Here is a key to Smith’s spellbinding novel. Like the frescoes described here, George’s story functions like an “underdrawing” to del Cossa’s story. By the end of del Cossa’s section, after he quits his work at the palace and flees to another city, he discovers that his fresco has mesmerized visitors. “[People] stand there as long as they can,” del Cossa’s assistant tells him, “Some have even started coming in with their sleeves full of hidden flowers and at a given signal between them all they let their arms fall to their sides and the flowers fall out of their clothes on to the floor beneath them.” Though pleased that people value his work, del Cossa’s first thought is to wonder “if Cosmo had heard about my pictures and all about the people coming to look at them.”

In George’s eyes, though, del Cossa’s fresco is loaded with meaning and beauty and personal significance. It was, after all, her mother’s final obsession, the last thing that seemed to fill her with life. Just as important is the connection del Cossa helps create between George and Helena. In the ordering of this version, George’s story, coming second, takes a commissioned work that del Cossa created in competition against his rival and turns it into something much more beautiful and artful. Just because del Cossa painted with fame and recognition in mind doesn’t mean that the final product can’t be exquisitely and powerfully affecting. The story of del Cossa shows a somewhat cynical view of art, whereas George’s story displays art’s infinitely malleability, the remarkable way art nestles itself into the contours of our lives. In other words, a 600-hundred-year-old painting can be relevant and revelatory to a little girl.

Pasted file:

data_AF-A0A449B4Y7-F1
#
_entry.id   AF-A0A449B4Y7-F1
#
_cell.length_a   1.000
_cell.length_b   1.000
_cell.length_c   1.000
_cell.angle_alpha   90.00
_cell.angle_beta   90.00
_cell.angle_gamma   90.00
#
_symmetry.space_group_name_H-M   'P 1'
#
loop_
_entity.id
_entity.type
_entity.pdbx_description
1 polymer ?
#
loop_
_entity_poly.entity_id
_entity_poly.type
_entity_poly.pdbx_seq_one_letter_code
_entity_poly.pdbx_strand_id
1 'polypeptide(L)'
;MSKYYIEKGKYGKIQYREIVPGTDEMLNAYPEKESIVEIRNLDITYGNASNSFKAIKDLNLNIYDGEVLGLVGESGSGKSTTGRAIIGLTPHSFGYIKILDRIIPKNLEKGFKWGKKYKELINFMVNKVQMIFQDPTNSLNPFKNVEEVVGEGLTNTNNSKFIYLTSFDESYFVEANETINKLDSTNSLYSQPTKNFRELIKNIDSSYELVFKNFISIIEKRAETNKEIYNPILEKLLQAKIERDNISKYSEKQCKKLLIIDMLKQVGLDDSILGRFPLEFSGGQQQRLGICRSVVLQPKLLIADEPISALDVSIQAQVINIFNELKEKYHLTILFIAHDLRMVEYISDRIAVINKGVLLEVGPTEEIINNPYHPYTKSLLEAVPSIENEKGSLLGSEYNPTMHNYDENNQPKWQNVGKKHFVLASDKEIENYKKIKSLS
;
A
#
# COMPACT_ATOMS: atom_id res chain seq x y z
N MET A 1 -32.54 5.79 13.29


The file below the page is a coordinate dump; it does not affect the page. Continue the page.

How, then, would one interpret the novel with the order reversed? For those readers, George’s painful and earnest grieving would come first, del Cossa’s self-aggrandizing tale second. Would that mean that the final note of the book would be del Cossa’s pomposity? Would his story deflate George’s? I’ll never know, because I can’t ever go back and experience it for the first time again. Luck brought me this version. I can’t have both.

Art is funny that way––considering the bewildering profusion of creative work in the world, the select few that we get to experience come to us through random happenstance and dumb luck. The slightest revision to the sequence of events could completely alter one’s aesthetic progression––hell, one’s entire life. George’s mother tells her the story of del Cossa’s request for higher pay and the ironic consequence of that demand: